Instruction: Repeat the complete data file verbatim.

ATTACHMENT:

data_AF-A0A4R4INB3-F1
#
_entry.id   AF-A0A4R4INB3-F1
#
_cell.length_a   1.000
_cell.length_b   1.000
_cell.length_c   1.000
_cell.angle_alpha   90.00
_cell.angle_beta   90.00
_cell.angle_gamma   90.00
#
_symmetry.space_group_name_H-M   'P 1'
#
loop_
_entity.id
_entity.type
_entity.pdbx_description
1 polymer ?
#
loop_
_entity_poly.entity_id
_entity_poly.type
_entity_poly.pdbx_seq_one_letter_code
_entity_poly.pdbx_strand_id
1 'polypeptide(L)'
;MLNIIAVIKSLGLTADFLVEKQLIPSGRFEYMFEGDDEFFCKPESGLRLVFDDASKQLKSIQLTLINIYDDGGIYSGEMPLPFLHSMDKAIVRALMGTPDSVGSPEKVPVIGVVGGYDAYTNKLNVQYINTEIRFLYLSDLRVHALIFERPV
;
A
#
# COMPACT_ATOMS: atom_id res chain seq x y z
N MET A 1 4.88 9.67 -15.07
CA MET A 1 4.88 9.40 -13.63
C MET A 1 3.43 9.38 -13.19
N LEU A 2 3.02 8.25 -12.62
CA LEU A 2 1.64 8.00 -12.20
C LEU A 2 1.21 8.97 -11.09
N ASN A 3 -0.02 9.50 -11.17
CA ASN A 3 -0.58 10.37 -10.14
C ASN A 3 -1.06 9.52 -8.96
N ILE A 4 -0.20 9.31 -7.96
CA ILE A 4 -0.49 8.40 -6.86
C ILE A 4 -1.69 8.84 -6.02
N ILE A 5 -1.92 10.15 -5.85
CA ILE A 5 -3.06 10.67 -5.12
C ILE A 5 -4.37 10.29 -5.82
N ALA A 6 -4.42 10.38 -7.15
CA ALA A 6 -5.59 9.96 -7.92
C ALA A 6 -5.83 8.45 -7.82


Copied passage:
data_AF-A0A4R4INB3-F1
#
_entry.id   AF-A0A4R4INB3-F1
#
_cell.length_a   1.000
_cell.length_b   1.000
_cell.length_c   1.000
_cell.angle_alpha   90.00
_cell.angle_beta   90.00
_cell.angle_gamma   90.00
#
_symmetry.space_group_name_H-M   'P 1'
#
loop_
_entity.id
_entity.type
_entity.pdbx_description
1 polymer ?
#
loop_
_entity_poly.entity_id
_entity_poly.type
_entity_poly.pdbx_seq_one_letter_code
_entity_poly.pdbx_strand_id
1 'polypeptide(L)'
;MLNIIAVIKSLGLTADFLVEKQLIPSGRFEYMFEGDDEFFCKPESGLRLVFDDASKQLKSIQLTLINIYDDGGIYSGEMPLPFLHSMDKAIVRALMGTPDSVGSPEKVPVIGVVGGYDAYTNKLNVQYINTEIRFLYLSDLRVHALIFERPV
;
A
#
# COMPACT_ATOMS: atom_id res chain seq x y z
N MET A 1 4.88 9.67 -15.07
CA MET A 1 4.88 9.40 -13.63
C MET A 1 3.43 9.38 -13.19
N LEU A 2 3.02 8.25 -12.62
CA LEU A 2 1.64 8.00 -12.20
C LEU A 2 1.21 8.97 -11.09
N ASN A 3 -0.02 9.50 -11.17
CA ASN A 3 -0.58 10.37 -10.14
C ASN A 3 -1.06 9.52 -8.96
N ILE A 4 -0.20 9.31 -7.96
CA ILE A 4 -0.49 8.40 -6.86
C ILE A 4 -1.69 8.84 -6.02
N ILE A 5 -1.92 10.15 -5.85
CA ILE A 5 -3.06 10.67 -5.12
C ILE A 5 -4.37 10.29 -5.82
N ALA A 6 -4.42 10.38 -7.15
CA ALA A 6 -5.59 9.96 -7.92
C ALA A 6 -5.83 8.45 -7.82